But for today (late this week)… my Travel Lane memory!!! 🙂 Again one of those that I’ve seen a few times, but have not actually been on (next time for sure!!!)… The London Eye!!! This place such a big part in the touristy aspect of London, that I cannot believe that I’ve not been up there even once in the 3 times I’ve visited London!!! 😦 Love this structure though… I love the happy memories and gooey feelings these images brings forth when I see it!!! 😀 **

London Eye – December 2006

London, UK – Big Ben

Big Ben 2004

I know… You’ve seen this a million times…. all the photos look the same… from this angle  everyone has seen it…!!! 😦 But it still is a special Travel Memory for me… & will always be one of my favourite attractions of London!!! 😀 It certainly is “engineery” enough to keep my attention!!! 😀

Cindy from ‘Photos from the Loony Bin’ did a post a while back with some VERY interesting facts on Big Ben (also known as the Clock Tower, but whos real name is St. Stephen’s Tower!!! – – – I know, what??? – – – Head on over to Cindy’s post for more info!!!) 🙂 **

I Love you Big Ben!!! 😉 **

Wieliczka Salt Mine (Poland) – I want to visit here!!! (images revised)

Ooooooops…. I am not sure why… 😦 but for some or other reason some people are not able to view the photos in this post…. 😦 So I am trying this again (not quite sure what the reason for it would be… but here goes… let me know if it is indeed corrected!!! 😀

I have received another awesome email from one of my friends…. & now I have yet another place on my ‘places to visit’ list… oi…. can I live to be a 1000 years old??? 😉 Yet again, these are (unfortunately) not my photos… & I have no one to give credit to?? 😦 But a great piece of information accompanied with stunning images!! Enjoy!! 😀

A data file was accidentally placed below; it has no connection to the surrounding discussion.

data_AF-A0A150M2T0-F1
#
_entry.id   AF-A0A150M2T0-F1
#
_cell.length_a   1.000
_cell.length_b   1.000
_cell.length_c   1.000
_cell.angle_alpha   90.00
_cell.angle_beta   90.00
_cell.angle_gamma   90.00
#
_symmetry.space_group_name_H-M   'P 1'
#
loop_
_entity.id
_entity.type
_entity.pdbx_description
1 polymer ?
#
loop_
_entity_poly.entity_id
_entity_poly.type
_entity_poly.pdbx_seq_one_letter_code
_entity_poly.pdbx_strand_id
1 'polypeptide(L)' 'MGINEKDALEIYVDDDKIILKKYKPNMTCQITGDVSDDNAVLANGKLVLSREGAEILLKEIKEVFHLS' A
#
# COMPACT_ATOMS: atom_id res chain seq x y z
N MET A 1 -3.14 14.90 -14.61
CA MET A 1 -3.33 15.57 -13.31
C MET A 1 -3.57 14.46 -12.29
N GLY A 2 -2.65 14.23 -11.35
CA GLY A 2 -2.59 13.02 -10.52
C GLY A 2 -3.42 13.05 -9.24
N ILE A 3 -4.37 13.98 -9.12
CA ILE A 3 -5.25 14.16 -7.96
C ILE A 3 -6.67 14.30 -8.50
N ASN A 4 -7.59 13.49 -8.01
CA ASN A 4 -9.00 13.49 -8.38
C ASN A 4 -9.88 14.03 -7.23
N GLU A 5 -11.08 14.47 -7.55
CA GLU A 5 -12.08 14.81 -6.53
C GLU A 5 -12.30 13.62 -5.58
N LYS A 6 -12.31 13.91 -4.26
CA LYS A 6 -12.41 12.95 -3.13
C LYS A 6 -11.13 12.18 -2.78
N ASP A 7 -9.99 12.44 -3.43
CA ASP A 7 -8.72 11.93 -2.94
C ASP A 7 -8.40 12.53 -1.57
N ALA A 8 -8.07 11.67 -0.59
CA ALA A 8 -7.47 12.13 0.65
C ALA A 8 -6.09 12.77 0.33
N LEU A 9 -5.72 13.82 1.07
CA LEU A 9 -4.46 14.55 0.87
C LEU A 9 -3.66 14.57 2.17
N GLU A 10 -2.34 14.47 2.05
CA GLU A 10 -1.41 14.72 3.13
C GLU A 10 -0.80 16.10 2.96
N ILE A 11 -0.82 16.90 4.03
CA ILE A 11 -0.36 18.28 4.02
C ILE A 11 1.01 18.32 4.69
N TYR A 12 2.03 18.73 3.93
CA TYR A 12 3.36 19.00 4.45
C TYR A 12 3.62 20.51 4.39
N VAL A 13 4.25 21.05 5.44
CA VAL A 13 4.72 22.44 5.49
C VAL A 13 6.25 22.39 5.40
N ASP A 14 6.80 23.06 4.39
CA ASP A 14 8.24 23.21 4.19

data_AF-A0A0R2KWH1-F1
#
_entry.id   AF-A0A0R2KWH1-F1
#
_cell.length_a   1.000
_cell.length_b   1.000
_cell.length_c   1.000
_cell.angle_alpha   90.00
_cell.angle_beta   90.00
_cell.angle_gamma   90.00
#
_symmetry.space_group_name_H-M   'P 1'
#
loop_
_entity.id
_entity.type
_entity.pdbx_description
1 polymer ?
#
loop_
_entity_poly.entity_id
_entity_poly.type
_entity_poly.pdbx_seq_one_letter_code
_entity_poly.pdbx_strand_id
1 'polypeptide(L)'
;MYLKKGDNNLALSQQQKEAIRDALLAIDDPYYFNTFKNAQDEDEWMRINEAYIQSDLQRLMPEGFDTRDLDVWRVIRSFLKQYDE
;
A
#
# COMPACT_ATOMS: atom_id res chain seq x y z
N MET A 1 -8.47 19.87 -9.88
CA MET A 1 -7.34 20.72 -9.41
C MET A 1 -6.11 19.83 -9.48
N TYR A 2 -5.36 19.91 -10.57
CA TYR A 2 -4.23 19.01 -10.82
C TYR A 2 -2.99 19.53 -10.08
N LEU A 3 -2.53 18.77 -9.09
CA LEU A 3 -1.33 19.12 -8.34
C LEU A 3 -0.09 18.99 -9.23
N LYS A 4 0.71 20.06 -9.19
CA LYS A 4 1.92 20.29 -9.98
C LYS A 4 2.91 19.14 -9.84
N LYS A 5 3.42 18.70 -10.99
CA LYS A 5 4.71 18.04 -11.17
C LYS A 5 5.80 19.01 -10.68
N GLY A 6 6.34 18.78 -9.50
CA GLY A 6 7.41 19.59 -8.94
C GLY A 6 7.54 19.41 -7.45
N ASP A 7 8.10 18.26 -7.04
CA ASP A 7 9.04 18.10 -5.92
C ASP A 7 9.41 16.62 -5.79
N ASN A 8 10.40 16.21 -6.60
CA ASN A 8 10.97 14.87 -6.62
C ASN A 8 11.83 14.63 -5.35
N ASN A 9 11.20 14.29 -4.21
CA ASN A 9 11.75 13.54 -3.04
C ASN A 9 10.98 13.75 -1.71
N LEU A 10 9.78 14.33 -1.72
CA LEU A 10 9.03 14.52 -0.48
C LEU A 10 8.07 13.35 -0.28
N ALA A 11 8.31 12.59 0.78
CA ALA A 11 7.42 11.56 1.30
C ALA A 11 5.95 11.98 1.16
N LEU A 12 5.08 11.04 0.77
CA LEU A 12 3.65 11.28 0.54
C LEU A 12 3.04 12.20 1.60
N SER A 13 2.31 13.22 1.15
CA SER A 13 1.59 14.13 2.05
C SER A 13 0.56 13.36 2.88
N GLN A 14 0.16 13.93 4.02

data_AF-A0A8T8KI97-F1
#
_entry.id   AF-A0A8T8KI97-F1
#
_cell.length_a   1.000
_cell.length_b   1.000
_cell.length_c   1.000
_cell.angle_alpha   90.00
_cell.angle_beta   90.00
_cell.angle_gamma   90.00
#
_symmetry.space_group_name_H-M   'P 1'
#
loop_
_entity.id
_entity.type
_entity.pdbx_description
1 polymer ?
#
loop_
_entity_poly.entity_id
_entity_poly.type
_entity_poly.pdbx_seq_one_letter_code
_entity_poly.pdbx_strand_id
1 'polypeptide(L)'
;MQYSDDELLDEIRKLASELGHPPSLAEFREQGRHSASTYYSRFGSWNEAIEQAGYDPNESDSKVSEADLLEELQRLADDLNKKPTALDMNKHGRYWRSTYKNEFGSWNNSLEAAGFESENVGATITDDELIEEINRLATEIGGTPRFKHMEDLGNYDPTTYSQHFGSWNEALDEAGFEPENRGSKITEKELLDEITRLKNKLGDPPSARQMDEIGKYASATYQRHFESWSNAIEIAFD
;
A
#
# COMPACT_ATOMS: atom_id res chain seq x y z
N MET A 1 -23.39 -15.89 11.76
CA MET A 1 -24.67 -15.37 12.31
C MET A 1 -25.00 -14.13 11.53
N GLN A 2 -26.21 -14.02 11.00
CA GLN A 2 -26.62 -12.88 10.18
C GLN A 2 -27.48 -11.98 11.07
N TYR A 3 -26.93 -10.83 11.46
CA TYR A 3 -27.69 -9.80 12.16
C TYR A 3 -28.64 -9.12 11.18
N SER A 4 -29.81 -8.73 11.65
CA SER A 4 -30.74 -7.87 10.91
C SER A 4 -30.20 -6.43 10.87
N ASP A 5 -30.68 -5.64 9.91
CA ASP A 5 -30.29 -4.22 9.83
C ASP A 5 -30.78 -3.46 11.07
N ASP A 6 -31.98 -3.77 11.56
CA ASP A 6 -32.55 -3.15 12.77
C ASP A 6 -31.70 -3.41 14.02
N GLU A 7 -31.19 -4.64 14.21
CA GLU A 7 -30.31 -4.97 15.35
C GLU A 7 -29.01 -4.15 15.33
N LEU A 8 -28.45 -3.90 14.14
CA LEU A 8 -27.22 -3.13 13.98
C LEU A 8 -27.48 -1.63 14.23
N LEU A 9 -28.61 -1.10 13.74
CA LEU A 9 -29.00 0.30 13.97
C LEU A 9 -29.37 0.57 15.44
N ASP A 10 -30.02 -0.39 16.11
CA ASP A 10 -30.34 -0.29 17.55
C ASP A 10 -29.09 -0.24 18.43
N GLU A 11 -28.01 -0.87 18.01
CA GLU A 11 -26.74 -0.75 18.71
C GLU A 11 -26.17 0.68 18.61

“… Deep underground in Poland lies something remarkable, but little known outside Eastern  Europe. For  centuries, miners have extracted salt there, but left behind things quite startling and unique. Take a look at the most unusual salt mine in the world.

From the outside, Wieliczka Salt Mine doesn’t look extraordinary, but it is extremely well kept for a place that hasn’t mined any salt for over ten years. Apart from that, it looks ordinary. However, over two hundred meters below ground  it holds an astonishing secret.

This is the salt mine that became an art gallery, cathedral and underground lake.

Situated in the Krakow area, Wieliczka is a small town of close to 20 000 inhabitants. It was founded in the twelfth century by a local Duke, to mine the rich deposits of salt that lie beneath. Until 1996 it did just that. But the generations of miners did more  than just extract. They left behind them a breathtaking record of their time underground in the shape  of statues of mythic, historical and religious figures. They even created their own chapels in which to pray.

Perhaps their most astonishing legacy is the huge underground cathedral they left behind for posterity.

As you descend into the depths of this world after a 150m climb down wooden stairs, the visitor to the salt mine will see some amazing sites. About the most astounding in terms of its sheer size and audacity is the Chapel of Saint Kinga.

The Polish people have for many centuries been devout Catholics and this was more
than just a long term hobby to relieve the boredom of being underground. This was an act of worship.

Amazingly, even the chandeliers in the cathedral are made of salt. It was not simply hewn  from the ground and then thrown together; the process is more painstaking for the lighting.

After extraction, the rock salt was first of all dissolved. It was then reconstituted with the impurities taken out so that it achieved a glass-like finish. The chandeliers are what many visitors think the rest of the cavernous mine will be like as they have a picture in their minds of salt as they would sprinkle on their meals! However, the rock salt occurs naturally in different shades of grey (something like you would expect granite to look like).


Over one million visitors yearly (mainly from Poland and its eastern European neighbours) visit the mine to see, amongst other things, how salt was mined in the past.

For safety reasons, less than one percent of the mine is open to visitors, but even that is  still almost four kilometers in length – more than enough to weary the average tourist after an hour or two.